A reporter once asked Mother Teresa, “When a baby dies alone in a Calcutta alley, where is God?” She responded to him,
“God is there, suffering with that baby. The question really is, where are you?”
This quote came up in a sermon I just read from a friend.
I don’t want to be cliché, nor do I want non-christians to be offended, I’m looking at Teresa’s response as a call for Christians. Christians are called to a rather high standard: love your neighbour; give to everyone who asks you, and if anyone takes what belongs to you, do not demand it back; welcome the strangers, feed the poor, clothe the naked, and visit the sick and imprisoned.
Where are we when there is such suffering?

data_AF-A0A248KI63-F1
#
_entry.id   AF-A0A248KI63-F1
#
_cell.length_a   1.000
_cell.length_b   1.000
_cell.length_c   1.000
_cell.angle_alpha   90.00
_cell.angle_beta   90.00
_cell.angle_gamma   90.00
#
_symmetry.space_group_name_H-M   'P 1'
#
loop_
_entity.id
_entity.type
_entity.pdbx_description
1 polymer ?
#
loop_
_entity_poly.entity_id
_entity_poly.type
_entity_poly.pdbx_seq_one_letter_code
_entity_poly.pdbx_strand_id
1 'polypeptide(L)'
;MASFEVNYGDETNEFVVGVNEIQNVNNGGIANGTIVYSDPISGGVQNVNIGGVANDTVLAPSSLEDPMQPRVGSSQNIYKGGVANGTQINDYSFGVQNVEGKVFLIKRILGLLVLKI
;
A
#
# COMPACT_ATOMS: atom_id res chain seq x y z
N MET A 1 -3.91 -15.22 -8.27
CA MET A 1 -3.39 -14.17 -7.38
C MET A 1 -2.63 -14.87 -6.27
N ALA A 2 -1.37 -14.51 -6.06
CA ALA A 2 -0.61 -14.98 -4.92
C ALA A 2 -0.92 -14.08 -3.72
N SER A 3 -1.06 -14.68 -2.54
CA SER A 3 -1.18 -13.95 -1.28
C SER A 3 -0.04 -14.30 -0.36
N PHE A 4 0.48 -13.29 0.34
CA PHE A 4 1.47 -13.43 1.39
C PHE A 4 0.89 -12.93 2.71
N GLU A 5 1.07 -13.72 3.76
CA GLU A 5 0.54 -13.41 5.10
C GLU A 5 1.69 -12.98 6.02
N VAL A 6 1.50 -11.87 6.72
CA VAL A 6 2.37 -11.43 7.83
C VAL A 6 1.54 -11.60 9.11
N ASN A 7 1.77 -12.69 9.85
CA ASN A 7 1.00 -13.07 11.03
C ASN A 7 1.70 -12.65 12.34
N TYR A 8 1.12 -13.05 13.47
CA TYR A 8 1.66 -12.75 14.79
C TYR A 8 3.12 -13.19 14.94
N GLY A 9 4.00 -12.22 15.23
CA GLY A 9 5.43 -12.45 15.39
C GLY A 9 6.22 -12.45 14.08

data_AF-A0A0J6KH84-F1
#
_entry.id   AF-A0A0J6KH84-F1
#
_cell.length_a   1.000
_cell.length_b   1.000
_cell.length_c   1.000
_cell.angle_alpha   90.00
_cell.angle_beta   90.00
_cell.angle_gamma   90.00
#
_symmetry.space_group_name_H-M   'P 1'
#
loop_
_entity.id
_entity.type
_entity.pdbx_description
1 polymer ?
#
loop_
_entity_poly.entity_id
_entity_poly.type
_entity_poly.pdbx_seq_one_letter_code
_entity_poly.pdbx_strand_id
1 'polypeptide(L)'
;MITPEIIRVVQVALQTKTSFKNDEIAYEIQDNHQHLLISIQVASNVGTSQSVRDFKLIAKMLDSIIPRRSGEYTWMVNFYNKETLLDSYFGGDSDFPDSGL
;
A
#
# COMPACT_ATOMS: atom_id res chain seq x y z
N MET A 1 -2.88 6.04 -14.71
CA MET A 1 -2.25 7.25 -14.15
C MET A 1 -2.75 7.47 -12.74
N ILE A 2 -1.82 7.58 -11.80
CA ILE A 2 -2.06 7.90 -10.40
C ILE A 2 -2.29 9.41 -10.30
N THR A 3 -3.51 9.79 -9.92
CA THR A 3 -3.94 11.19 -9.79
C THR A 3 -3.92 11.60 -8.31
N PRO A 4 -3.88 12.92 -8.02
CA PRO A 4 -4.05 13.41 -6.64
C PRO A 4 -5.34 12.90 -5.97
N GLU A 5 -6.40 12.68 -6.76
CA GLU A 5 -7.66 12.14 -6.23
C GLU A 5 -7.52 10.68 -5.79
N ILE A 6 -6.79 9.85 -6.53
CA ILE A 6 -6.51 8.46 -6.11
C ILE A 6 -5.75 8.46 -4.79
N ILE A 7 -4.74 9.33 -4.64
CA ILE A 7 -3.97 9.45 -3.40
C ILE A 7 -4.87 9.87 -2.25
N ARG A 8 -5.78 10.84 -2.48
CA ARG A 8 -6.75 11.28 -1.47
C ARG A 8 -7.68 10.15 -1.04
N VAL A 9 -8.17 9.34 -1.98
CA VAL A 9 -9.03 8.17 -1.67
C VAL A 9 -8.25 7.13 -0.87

In Tom’s sermon he discusses how we are called to the margins, called into relationship, called to equal relationships where barriers are broken down. We are called to have reciprocal relationships where we “walk with” the other, don’t have defined rules that can stifle the spirit of Christ to work, care, and show gentleness.
I like what Tom has to say about our society, our comforts, and the call of Christ:
One of the major faults of Jesusʼ society and ours is that
we push people out. We see certain people as having more importance and others as having less. This simply will not fly for Jesus. If there is any group or individual that we devalue, that is exactly where Jesus will go. This therefore is where the church of Christ and his followers must also go in order to serve.
We like to be with those who are at the centre. We like
to be with those who we know, those who aren’t struggling with money, who are self-sufficient upstanding citizens.
So the call to be yielded to Christ is a very scary one because we very much know where it will take us.
What do you think?